Back after Rep. Giffords was shot in January, I did some blogging about storytelling from that, riffing off some Twitter discussion among Jesse Stern and NCIS fans. In short, there’s the possibility of preaching when writing about big issues, but there also are ways to tell stories that let those issues drive authentic storytelling. “To Kill A Mockingbird,” probably my favorite book ever, is one of the latter. Most of the former turn me off before I get far enough in to even tell you what it’s about.
The discussion with Jesse was the third in a series of posts I nicknamed Storytelling with Big Issues, which had started after the DADT repeal vote in December. In the process of writing those, I found an article by a professor I had in college looking at how Mark Twain started to shift too much toward the big-picture look, at the expense of the storytelling that marked “Huck Finn” and other novels. “Huck Finn,” of course, tackles some issues so big that even today it is one of the most-commonly banned books in the U.S. But Twain did it the right way, by putting specific characters in a situation in a particular context dictated by history and then let them act.
To steal from the Giffords blog post:
“And Jesse came back with a similar response: “While I’m all for smuggling meaning, depth of character and complex ideas into entertainment programs, it’s the wrong platform for preaching.” He’s right.
But saying that then gets back to my original post debating where the line is between preaching and storytelling, and how you stay on the right side of that. Because the minute you waver across the line, it destroys the impact of your story because everybody’s focused on the message. Using Faith as the example again, many of the complaints were about the choice to tell that story in the Christmas episode. So, let’s look at that.
Did the plot require it to be Christmastime? Not the case piece of it, which was the controversial part. And the case wasn’t hugely connected to the Gibbs-Jackson subplot, which was the piece that really was both big and Christmassy. Did it echo the father-son bits? Yes, it did. But there have been many other father-son or father-daughter episodes in the series that didn’t require this type of controversial case. And the bigger question: Would the case have been less controversial if it had been in a regular episode, not the Christmas one?
Heck if I know. I’m sure there are a portion of the people who were upset who would have been OK with it in a non-holiday episode. I’m equally sure, after years of reading comments on our newspaper forums, that if the holiday piece wasn’t there, some would have found another aspect to take issue with to hide their disagreement with the general idea in the story. The impression I get from the commentary was that writer Gary Glasberg intended to tackle that topic. And, again returning to the two earlier posts discussing this, I think that’s generally where trouble starts.
Jesse’s got a good dichotomy here: Meaning, depth of character and complex ideas are good things. They help us tell better stories. When we resist the easy way out, when we tackle the things that don’t have easy answers and let the difficulty in wrestling with the ideas drive the story, we can get good storytelling. When we go in planning to use the story to make a point, I think that’s when we’re preaching. When we have the end in mind, it can be difficult to avoid tinkering with the means to get there to make our point stronger. And every time we do, we weaken the case for it.”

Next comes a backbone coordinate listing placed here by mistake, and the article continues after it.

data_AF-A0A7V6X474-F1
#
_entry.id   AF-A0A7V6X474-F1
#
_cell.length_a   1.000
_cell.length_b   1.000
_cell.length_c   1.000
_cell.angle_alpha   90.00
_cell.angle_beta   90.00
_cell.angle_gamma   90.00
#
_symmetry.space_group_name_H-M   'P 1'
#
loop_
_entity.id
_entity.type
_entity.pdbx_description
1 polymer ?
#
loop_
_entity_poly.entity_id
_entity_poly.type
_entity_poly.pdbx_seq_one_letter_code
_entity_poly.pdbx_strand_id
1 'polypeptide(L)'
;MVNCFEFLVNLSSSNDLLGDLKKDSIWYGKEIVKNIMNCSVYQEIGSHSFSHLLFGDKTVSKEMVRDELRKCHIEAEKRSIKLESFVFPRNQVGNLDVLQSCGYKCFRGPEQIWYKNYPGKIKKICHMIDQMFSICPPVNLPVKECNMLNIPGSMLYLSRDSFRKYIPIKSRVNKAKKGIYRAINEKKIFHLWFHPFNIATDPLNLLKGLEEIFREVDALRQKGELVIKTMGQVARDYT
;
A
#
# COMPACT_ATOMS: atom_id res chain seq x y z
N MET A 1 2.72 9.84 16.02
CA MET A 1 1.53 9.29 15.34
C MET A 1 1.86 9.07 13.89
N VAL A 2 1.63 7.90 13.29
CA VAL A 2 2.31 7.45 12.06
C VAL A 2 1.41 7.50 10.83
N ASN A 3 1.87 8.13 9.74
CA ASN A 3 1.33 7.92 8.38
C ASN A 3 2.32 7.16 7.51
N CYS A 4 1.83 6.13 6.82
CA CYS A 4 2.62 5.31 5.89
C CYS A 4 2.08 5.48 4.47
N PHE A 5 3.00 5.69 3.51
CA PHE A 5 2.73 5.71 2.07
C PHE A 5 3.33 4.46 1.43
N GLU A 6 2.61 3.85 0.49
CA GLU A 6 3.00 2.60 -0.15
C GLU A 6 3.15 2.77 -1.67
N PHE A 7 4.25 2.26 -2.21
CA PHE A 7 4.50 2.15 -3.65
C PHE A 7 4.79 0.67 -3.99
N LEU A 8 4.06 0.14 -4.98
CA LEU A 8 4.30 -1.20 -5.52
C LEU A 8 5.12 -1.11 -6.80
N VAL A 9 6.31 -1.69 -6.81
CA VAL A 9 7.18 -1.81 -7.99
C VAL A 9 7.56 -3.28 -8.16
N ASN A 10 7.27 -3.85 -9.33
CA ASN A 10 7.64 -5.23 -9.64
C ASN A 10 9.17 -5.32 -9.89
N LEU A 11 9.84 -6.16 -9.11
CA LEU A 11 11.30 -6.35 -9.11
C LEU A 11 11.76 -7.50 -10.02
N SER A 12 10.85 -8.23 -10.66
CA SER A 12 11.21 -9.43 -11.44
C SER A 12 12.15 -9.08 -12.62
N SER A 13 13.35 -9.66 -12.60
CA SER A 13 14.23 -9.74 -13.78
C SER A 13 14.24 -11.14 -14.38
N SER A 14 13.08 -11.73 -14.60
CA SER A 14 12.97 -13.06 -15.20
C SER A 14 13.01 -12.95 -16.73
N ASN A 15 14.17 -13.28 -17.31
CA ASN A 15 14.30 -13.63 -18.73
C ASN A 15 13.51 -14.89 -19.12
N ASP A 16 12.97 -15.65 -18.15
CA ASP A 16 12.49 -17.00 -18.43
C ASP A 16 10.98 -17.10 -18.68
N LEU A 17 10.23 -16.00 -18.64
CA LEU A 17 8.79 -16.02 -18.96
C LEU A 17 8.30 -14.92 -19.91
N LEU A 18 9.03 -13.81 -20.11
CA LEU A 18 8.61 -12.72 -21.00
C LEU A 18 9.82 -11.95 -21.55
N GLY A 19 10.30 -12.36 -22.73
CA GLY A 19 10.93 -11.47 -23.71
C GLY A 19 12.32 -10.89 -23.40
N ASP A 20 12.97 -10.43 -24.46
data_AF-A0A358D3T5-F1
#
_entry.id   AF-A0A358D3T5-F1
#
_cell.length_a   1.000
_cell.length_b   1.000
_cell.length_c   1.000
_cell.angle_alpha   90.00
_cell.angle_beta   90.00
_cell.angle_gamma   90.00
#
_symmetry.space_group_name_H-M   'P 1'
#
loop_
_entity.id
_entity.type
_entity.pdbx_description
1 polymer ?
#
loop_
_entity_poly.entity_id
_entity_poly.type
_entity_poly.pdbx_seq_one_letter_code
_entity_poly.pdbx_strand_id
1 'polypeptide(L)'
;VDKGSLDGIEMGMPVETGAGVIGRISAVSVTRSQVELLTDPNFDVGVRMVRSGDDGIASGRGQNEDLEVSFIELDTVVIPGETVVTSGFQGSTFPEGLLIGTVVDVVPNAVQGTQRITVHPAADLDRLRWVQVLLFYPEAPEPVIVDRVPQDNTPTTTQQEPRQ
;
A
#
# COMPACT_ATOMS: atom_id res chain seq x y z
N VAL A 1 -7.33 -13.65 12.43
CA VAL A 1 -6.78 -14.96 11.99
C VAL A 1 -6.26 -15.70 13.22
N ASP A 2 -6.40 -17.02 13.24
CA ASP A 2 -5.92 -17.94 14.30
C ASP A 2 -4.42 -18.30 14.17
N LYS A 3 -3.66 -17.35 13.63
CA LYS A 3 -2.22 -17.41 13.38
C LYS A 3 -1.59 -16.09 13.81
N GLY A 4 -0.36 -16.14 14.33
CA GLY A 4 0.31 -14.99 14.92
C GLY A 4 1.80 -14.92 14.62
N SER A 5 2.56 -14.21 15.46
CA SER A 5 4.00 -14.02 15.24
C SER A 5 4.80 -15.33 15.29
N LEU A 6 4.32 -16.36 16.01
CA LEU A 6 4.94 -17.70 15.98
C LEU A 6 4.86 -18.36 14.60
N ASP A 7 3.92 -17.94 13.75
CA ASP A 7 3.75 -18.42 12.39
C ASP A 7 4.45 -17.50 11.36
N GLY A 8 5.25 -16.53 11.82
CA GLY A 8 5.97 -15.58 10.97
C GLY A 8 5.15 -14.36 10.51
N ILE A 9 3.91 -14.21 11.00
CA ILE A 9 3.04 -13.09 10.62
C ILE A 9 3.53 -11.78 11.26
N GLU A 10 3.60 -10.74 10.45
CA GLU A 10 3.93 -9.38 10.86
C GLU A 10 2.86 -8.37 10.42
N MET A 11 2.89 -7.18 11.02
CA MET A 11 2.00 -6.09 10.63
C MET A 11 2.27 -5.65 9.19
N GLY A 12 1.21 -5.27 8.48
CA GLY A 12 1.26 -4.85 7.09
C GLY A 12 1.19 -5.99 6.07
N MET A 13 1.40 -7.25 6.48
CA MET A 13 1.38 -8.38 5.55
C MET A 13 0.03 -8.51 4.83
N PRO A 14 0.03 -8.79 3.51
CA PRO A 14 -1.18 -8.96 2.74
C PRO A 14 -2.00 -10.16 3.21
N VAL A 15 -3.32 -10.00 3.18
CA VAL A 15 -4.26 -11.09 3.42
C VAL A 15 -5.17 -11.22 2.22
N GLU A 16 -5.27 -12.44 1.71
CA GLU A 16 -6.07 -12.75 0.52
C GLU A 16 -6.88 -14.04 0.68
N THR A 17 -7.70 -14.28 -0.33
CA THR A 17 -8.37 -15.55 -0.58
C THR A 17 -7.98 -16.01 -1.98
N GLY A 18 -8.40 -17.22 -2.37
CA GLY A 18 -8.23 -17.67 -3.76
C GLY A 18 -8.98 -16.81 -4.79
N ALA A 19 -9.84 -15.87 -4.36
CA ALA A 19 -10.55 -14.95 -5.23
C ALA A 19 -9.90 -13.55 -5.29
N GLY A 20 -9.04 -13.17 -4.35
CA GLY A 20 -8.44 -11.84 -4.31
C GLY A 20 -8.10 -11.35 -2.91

My journalism background makes accuracy important for me as a writer, even in fiction. The Thrown Out stories are all set in different time periods, mostly because I was looking at these characters at specific points in time before the present-day events that will unfold in Fate’s Arrow and Better the Devil. In all cases, the setting was determined by the age of a specific character relative to the present — Ellie, Chris, Becca and Tim, respectively. From there, reality (to steal an Andrew Greeley phrase, in God’s world, not mine) dictated some of the context and events.
To tell these stories, to be true to the characters, means dealing with some of these issues. As a writer, they just naturally flow into the telling of the tale. This is reality, these are the characters; the combination will drive the story as events unfold. As I get down to the final crunch on Thrown Out, one element that still needed drafting was short pieces Kyrie had wanted between each story, author’s notes of a sort. Yesterday morning, I sat down to draft and realized that each story, behind the storytelling, has a theme. Each story is different; each theme is different. It’s weird to me to step back and see what I wrote into the stories without meaning to. I’ll be eager to see in two weeks what readers think about the stories — and if they agree that this was a case of storytelling rather than preaching.
My favorite books that tackle big issues well are Mockingbird and Huck Finn. And the best example I can name of a book that sets out to tackle a big issue and succeeds with good storytelling is Nat Hentoff’s “The Day They Came to Arrest the Book.” What’s your favorite big-issue book?